Discover the history of the Assis family, who have been in the Brazilian Navy since 1970
By Agência Marinha de Notícias – On board the NAM “Atlântico”
This story is about life cycles that begin and end in the Brazilian Navy (MB). The first generation of the Assis family begins with Francisco, who joined the Force as a Marine Musician Sergeant in the 1970s. He pursued a military career and went into the reserve in the same month that his son, Wagner Ferreira de Assis, entered the CAA Seamen’s Apprentice School (EAMCE) in 1994. Currently a Petty Officer, Wagner has also completed 30 years in the ranks of the Force and will join the reserve in September this year. His first-born son, Guylherme de Assis, also took the exam and is currently an Aspirant at the Naval School.
Petty Officer Assis says that, as a child, he used to go to “Operation Rambo”, a kind of militarized summer camp for the children of Marines. “The kids wore camouflage, wore face paint and slept in tents,” he recalls. This also motivated him to become a soldier. When he arrived at EAMCE, the routine didn’t seem difficult, since he knew the naval culture and its traditions.
Throughout his career, the Petty Officer has worked in different Military Organizations and had the opportunity to get to know several countries on board MB ships. “I took part in peace operations, such as demining the cities of Luanda and Lobito in Angola, Africa. I came away learning to have more empathy for human beings and I saw how important the MB’s actions are.”
Observing and participating in his father’s life, Guylherme de Assis decided to follow in his footsteps. “If I wasn’t in the military, I wouldn’t have known what to do”. That’s when, in 2016, he signed up for a preparatory course for military competitions. Guylherme always heard his mother say “I want to see you in white”, referring to the Navy uniform. His first attempt at the Naval College was in 2017, but he was unsuccessful. The following year, he decided to study on his own and was successful.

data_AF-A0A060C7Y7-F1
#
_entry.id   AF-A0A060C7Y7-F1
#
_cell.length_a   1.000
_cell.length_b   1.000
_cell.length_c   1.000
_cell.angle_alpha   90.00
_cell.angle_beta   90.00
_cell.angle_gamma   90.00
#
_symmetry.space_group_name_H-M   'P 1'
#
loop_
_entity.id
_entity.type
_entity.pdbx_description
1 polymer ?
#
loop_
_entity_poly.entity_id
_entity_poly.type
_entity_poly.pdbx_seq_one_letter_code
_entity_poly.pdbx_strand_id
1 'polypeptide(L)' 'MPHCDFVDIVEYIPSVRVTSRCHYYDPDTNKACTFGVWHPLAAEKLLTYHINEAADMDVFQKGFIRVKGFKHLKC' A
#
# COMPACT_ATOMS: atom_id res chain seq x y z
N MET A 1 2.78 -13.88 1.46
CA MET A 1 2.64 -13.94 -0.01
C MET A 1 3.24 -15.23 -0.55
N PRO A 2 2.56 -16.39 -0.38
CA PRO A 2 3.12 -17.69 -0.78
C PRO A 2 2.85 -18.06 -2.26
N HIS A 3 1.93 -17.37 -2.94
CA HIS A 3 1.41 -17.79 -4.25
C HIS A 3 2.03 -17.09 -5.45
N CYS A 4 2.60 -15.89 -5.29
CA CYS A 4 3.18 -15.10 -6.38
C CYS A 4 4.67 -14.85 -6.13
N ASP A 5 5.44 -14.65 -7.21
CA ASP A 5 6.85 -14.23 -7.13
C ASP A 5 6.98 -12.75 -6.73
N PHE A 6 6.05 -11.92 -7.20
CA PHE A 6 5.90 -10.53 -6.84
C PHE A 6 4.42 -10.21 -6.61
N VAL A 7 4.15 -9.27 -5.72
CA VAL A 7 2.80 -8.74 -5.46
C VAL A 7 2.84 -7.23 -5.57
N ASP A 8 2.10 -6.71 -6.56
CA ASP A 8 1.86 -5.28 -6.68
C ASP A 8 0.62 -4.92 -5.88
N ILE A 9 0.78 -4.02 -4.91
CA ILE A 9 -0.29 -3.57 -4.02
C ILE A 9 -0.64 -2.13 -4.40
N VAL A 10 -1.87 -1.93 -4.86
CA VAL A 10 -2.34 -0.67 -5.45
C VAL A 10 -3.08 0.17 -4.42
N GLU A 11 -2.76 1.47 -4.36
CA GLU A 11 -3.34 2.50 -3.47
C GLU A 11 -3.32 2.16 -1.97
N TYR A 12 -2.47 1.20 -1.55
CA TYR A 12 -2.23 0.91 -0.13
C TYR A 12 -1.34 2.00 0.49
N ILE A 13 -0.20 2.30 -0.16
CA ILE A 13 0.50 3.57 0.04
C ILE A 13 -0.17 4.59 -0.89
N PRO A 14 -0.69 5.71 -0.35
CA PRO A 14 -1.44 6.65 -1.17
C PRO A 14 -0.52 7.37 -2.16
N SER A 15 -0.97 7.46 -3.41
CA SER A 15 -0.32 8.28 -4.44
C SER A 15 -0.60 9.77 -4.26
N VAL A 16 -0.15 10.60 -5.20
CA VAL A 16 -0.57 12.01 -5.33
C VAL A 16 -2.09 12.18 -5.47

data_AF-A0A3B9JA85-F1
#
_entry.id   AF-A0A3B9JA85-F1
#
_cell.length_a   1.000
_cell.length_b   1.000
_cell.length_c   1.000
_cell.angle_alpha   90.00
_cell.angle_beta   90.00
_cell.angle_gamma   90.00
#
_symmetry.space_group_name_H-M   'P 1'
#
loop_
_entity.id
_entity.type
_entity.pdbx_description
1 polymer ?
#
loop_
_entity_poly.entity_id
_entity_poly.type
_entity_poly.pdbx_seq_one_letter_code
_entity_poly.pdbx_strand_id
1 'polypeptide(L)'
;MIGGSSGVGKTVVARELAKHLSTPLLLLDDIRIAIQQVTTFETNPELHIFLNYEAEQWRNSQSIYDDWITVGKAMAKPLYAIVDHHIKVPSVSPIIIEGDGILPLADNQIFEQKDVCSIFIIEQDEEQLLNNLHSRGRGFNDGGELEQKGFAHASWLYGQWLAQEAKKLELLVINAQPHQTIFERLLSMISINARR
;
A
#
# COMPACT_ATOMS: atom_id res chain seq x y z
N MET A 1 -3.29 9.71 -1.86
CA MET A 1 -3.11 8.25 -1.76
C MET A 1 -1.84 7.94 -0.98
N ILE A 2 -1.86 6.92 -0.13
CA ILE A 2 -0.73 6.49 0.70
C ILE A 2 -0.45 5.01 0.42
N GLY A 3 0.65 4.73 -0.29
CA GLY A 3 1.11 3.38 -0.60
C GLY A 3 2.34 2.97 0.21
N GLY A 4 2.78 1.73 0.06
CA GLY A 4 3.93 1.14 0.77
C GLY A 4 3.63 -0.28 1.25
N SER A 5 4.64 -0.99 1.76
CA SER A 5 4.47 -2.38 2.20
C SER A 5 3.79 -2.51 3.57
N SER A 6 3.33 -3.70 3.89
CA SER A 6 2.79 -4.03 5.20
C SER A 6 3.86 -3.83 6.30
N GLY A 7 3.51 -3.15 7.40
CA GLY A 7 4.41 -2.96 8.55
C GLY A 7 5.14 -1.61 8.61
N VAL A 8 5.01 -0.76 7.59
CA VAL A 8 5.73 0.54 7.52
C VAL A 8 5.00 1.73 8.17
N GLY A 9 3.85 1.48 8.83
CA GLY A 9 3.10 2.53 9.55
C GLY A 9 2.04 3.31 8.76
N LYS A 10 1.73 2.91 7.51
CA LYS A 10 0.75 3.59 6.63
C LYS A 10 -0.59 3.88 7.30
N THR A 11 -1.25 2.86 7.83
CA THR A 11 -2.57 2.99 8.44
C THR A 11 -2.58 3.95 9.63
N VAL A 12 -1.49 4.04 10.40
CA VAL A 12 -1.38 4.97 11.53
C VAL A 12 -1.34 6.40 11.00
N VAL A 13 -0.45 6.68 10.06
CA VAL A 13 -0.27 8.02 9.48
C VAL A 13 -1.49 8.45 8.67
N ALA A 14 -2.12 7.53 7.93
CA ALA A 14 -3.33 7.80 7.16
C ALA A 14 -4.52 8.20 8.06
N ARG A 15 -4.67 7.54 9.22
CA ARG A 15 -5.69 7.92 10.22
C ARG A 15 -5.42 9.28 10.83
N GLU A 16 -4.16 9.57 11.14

“His course was in another city. He even had classes on weekends. Our family gave up everything to live his dream. After he passed, another phase began: not letting him give up, because many people who join don’t adapt to the characteristics and peculiarities of military life,” recalls Petty Officer Assis about the difficulties they faced.
Every Monday at 2.30am, Aspirante De Assis would take a bus from Itaboraí (RJ), where he still lives today, to get to the Naval College (CN) in Angra dos Reis (RJ) before 7.30am. Not only did the bus break down from time to time, but the route was risky, as it included risky areas.
The family then decided to use their financial reserve to buy a van. The mother, Fernanda Silva de Assis, became a driver for her son and other CN students who lived in nearby towns. The journey, which used to take 5 hours, now takes 2h30.
“All my strength and that of his mother was to see him graduate and follow his path. We’re happy,” says Petty Officer Assis with emotion.
“The Naval College was difficult, because I was very young and immature and, with the boarding school system, I missed home a lot,” says Aspirante De Assis. After three years of studies, the next challenge was the Naval Academy, where classmates became brothers in uniform.
For 20 days, father and son were embarked on the NAM “Atlântico”, during Operation “Aspirantex” 2024, which aims to familiarize Naval School students with life at sea. This is Petty Officer Assis’s last commission and Aspirante De Assis’s first. Click here to find out more about Aspirantex 2024.
During the production of this article, Assis gave his son a piece of advice that he always repeats: “The Navy gives us many opportunities. It forges us into real sailors. Understand problems calmly in order to make the right decisions. Be a person of integrity and always preserve the unity of the group, because then you’ll be an excellent leader.”
Source: Agência Marinha de Notícias *** Translated by DEFCONPress FYI team ***